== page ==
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By Tom Fordyce
Sports writer in Miyazaki, Japan
The class of 2019 of england can mimic the heroes of 2003 and lift the World Cup, says defence coach John Mitchell.
England were knocked out at the group phase as hosts four decades ago, having exited from the quarter-finals in New Zealand in 2011.
“We can win it, most certainly. That’s the exciting thing,” explained Mitchell.
“We might need to stay focused and make sure we don’t get diverted at any point. We are going to require a little bit of luck and we’ll need to keep healthy.”
England start their effort against Tonga at Sapporo following Sunday (11:15 BST) then meet the USA the subsequent Thursday, before the stiffer tests of Argentina and France complete their group fixtures.
“Some gamers will need to measure up. You see that in other World Cups historically – that they ask questions of players who likely did not anticipate they were going get as much enjoying time.,” added Mitchell.
“But it’s amazing that this championship does in relation to attracting more from players. You have to contact your mates, you have to trust that your mates, and do not fear making a mistake”
Should Eddie Jones’ side Group C they could meet Australia or Wales in the quarter-finals, both of whom beat on them in 2015 at the group stage.
Hooker Jamie George is currently taking inspiration to raise the World Cup.
“I watched a video the other day on societal media of Martin Johnson after the 2003 closing that people haven’t really seen very much,” George told BBC Radio 5 Live.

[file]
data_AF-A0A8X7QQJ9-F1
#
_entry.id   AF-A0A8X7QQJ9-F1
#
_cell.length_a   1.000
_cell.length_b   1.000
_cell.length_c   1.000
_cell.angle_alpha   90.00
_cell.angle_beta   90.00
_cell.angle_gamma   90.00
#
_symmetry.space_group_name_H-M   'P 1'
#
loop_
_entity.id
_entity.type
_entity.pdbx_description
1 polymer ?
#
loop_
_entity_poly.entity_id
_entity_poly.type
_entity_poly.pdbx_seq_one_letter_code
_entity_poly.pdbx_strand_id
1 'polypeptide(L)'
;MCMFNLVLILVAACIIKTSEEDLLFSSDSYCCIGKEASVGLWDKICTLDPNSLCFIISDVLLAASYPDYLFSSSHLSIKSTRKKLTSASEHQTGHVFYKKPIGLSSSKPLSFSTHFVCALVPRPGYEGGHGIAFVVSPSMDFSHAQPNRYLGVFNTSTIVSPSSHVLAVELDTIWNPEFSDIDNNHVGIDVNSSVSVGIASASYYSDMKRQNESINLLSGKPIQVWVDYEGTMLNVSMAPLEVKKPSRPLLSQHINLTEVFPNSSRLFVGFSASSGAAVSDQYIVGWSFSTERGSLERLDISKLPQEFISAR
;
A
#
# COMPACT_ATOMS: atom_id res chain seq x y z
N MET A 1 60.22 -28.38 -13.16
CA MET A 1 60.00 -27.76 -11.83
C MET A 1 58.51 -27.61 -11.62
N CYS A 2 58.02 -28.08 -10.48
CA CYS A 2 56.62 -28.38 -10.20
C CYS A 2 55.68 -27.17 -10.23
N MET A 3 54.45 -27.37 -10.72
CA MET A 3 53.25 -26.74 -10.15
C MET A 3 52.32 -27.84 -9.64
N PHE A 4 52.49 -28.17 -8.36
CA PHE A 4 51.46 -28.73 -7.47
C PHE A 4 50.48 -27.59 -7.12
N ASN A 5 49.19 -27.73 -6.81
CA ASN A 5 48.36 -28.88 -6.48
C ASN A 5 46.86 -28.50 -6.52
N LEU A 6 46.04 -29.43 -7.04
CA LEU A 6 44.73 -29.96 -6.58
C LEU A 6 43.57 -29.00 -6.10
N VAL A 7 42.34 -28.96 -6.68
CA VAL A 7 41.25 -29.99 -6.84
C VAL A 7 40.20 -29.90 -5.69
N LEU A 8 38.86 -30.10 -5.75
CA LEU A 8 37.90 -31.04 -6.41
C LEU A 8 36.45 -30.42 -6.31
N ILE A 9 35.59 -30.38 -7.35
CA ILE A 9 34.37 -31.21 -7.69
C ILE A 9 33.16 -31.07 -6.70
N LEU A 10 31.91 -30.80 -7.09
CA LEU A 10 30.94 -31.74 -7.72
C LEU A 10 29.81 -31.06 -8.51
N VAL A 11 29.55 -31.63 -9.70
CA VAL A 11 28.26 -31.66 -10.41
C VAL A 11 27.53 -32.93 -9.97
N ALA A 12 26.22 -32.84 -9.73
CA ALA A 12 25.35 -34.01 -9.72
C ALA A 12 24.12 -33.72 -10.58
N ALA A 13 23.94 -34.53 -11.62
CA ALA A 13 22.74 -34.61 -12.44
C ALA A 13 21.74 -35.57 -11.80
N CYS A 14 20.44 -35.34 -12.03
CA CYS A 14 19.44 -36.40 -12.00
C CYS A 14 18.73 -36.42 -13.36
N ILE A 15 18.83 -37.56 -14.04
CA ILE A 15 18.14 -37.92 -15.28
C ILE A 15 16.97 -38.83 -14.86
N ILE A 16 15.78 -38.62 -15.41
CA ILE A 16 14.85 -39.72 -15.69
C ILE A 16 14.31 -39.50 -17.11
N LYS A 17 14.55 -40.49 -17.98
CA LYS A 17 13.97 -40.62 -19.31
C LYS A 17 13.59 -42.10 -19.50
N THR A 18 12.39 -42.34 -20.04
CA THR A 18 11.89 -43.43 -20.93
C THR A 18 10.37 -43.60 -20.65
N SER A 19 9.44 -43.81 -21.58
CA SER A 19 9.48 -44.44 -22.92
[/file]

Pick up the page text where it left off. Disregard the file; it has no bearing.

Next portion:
“It was an incredibly humble interview. He had been talking about all the personnel, the players who’d got them.
“I simply thought to myself:’What an amazing leader.’ And .
“It’s the juices flowing. It gives you.
“We’re finally in Japan and it is almost slightly surreal. However, you dream about such things; you dream about winning World Cups.
“There’s a real belief in the group that we’re able to do it. We’re also aware that it’s going to take a lot for us to get there. I’m unbelievably confident we’re in a place.
“I do not think many nations on earth can say they have got the depth we have.”
New Zealander Mitchell, who coached the All Blacks into the semi-finals in 2003 and helped get the United States through qualification for this championship, believes his older charges will begin this time as appeared.
“New Zealand are two-time world champions and they have had some current kind also,” he said.
“They will prefer the requirements as well because it will suit their type of football – they like to move it around, they’re probably the very best catch-pass team at the contest so I would give them a terrific opportunity.
“You’ve then got Ireland and Wales who have had really good success over the past few years. And I wouldn’t dismiss the Springboks – that they seem very strong.”
New Zealand match South Africa on Saturday (10:45) in possibly the greatest game of the coming weekend. The two nations have won five World Cups between them since the tournament’s inception in 1987.
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